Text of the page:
NICOSIA (Reuters) - Cypriot police are questioning a 24-year-old foreigner arrested last week who may have been plotting an attack on Israeli tourists visiting the Mediterranean island, media reported on Saturday.
The man, thought to be a Swedish passport holder of Lebanese extraction, was arrested on July 7 and was being detained following remand hearings held behind closed doors, Sigma TV reported. He has not been charged with any offence.
Police spokesman Andreas Angelides said: "We can confirm the arrest of a 24-year-old foreign national for specific, serious offences, and who is in custody by order of the court."
Sigma TV's website reported the man had been tracking the movement of Israeli tourists on the island, while Cypriot newspaper Phileleftheros said he was attempting to pinpoint areas frequented by Israeli tourists and the busses they used.
The Jewish state's diplomats have been targeted in several countries in recent months by bombers Israel said struck on behalf of Iran and its Lebanese proxy Hezbollah.
Though Tehran has denied involvement, some analysts believe it is trying to avenge the assassination of several scientists from its controversial nuclear program, deaths the Iranians have blamed on Israel and its Western allies.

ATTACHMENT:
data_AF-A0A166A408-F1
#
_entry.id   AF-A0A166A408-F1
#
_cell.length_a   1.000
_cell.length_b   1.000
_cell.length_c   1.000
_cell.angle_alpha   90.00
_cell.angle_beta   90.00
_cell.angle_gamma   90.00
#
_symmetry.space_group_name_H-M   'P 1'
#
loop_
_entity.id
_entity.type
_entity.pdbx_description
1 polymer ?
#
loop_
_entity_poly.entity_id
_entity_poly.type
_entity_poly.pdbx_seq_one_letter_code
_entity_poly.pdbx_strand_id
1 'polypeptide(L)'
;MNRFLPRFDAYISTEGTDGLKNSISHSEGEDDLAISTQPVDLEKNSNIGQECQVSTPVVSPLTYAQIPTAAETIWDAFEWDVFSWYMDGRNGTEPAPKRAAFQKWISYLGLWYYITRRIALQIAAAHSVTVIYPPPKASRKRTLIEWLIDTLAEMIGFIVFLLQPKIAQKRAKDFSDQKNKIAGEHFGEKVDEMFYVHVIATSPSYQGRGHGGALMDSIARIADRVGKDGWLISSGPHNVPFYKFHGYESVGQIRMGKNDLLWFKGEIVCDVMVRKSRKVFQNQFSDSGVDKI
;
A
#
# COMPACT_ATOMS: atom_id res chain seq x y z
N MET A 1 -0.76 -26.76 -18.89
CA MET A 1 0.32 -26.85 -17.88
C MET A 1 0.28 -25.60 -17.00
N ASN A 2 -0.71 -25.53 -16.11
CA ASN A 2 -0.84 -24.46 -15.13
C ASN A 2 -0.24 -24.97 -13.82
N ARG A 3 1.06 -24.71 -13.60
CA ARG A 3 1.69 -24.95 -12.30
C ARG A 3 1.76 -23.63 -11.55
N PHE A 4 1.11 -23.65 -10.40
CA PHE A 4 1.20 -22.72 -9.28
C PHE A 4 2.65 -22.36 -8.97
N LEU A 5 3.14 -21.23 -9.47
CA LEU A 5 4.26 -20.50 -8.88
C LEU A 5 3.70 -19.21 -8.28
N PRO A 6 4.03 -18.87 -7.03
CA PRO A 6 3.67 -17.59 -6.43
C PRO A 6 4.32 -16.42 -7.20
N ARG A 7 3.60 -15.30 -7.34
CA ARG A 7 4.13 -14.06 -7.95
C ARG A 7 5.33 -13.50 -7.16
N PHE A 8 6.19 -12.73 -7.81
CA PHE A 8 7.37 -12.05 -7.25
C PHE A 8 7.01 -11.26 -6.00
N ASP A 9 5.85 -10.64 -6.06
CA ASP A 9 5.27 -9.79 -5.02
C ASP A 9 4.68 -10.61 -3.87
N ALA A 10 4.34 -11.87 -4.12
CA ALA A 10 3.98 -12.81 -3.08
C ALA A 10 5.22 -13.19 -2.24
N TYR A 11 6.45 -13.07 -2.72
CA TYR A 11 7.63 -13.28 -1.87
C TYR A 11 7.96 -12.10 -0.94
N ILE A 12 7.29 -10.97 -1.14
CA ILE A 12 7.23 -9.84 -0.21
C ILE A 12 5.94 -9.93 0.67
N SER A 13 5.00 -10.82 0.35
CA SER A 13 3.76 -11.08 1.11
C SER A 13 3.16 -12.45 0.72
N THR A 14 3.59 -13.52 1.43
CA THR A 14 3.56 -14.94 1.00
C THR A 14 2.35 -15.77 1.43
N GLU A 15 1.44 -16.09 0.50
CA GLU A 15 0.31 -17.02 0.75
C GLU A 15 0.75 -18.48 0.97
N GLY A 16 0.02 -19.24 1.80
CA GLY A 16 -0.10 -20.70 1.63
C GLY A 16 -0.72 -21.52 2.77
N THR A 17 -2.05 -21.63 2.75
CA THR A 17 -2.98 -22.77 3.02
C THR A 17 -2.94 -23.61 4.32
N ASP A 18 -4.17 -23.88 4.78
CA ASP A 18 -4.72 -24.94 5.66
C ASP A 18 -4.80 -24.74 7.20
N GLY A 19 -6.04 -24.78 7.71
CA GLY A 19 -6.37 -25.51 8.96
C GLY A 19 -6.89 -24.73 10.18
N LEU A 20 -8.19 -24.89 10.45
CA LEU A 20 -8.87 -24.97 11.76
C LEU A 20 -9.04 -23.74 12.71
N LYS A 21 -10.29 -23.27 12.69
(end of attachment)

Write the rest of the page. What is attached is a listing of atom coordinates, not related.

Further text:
Israel linked the Cyprus arrest to the attacks on its diplomats.
"Iranian terrorism knows no borders," Prime Minister Benjamin Netanyahu said in a statement. "The international community must fight the world's biggest exporter of terror."
Netanyahu's office described the statement as a response to the Cypriot media reports on the arrest.
A spokesman for Netanyahu declined to provide further details on the suspect or discuss whether Israel was involved in the investigation.
A Cypriot government source said the arrest took place following information from foreign intelligence agencies.
"It is not clear what, or whether there was a target in Cyprus. That is under investigation," a senior government official told Reuters.
The suspect's reported July 5 arrival on the island also coincided with Cyprus assuming the presidency of the European Union, an event marked by the gathering of a host of EU officials and commissioners on the island.
Cyprus lies just west of Syria and Lebanon but has been largely unscathed by the violence and upheaval rattling the Middle East.
Its last major security incident was a botched car bomb attack on the Israeli embassy in the capital Nicosia in May 1988 which killed three people.